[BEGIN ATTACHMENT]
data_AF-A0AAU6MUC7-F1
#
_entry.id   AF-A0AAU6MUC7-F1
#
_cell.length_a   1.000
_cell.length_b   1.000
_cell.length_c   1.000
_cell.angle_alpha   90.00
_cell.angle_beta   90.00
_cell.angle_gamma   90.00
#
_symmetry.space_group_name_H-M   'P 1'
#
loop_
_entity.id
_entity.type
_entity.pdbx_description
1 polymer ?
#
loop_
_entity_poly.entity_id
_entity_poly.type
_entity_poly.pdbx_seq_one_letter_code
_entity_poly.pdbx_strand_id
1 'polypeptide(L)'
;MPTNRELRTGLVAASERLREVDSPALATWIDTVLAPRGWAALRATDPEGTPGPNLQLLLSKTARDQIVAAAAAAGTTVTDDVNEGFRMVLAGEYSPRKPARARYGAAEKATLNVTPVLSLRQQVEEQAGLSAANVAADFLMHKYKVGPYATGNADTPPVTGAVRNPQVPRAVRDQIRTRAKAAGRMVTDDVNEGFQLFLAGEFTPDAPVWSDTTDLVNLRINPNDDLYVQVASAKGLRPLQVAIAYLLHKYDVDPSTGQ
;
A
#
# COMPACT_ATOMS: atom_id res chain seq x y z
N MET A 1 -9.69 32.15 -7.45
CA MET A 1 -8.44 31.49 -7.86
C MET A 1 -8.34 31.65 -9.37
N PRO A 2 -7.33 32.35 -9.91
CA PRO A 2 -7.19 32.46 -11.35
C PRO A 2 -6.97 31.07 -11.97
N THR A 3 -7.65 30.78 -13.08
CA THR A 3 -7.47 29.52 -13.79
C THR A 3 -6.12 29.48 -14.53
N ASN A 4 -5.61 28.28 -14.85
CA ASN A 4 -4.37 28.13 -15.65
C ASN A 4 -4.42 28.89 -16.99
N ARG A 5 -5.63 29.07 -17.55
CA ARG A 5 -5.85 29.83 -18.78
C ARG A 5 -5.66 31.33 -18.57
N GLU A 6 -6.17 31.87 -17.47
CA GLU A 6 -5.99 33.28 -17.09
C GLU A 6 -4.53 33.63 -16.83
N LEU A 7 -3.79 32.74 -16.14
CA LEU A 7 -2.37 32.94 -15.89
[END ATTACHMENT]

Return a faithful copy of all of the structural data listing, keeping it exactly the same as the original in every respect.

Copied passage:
data_AF-A0AAU6MUC7-F1
#
_entry.id   AF-A0AAU6MUC7-F1
#
_cell.length_a   1.000
_cell.length_b   1.000
_cell.length_c   1.000
_cell.angle_alpha   90.00
_cell.angle_beta   90.00
_cell.angle_gamma   90.00
#
_symmetry.space_group_name_H-M   'P 1'
#
loop_
_entity.id
_entity.type
_entity.pdbx_description
1 polymer ?
#
loop_
_entity_poly.entity_id
_entity_poly.type
_entity_poly.pdbx_seq_one_letter_code
_entity_poly.pdbx_strand_id
1 'polypeptide(L)'
;MPTNRELRTGLVAASERLREVDSPALATWIDTVLAPRGWAALRATDPEGTPGPNLQLLLSKTARDQIVAAAAAAGTTVTDDVNEGFRMVLAGEYSPRKPARARYGAAEKATLNVTPVLSLRQQVEEQAGLSAANVAADFLMHKYKVGPYATGNADTPPVTGAVRNPQVPRAVRDQIRTRAKAAGRMVTDDVNEGFQLFLAGEFTPDAPVWSDTTDLVNLRINPNDDLYVQVASAKGLRPLQVAIAYLLHKYDVDPSTGQ
;
A
#
# COMPACT_ATOMS: atom_id res chain seq x y z
N MET A 1 -9.69 32.15 -7.45
CA MET A 1 -8.44 31.49 -7.86
C MET A 1 -8.34 31.65 -9.37
N PRO A 2 -7.33 32.35 -9.91
CA PRO A 2 -7.19 32.46 -11.35
C PRO A 2 -6.97 31.07 -11.97
N THR A 3 -7.65 30.78 -13.08
CA THR A 3 -7.47 29.52 -13.79
C THR A 3 -6.12 29.48 -14.53
N ASN A 4 -5.61 28.28 -14.85
CA ASN A 4 -4.37 28.13 -15.65
C ASN A 4 -4.42 28.89 -16.99
N ARG A 5 -5.63 29.07 -17.55
CA ARG A 5 -5.85 29.83 -18.78
C ARG A 5 -5.66 31.33 -18.57
N GLU A 6 -6.17 31.87 -17.47
CA GLU A 6 -5.99 33.28 -17.09
C GLU A 6 -4.53 33.63 -16.83
N LEU A 7 -3.79 32.74 -16.14
CA LEU A 7 -2.37 32.94 -15.89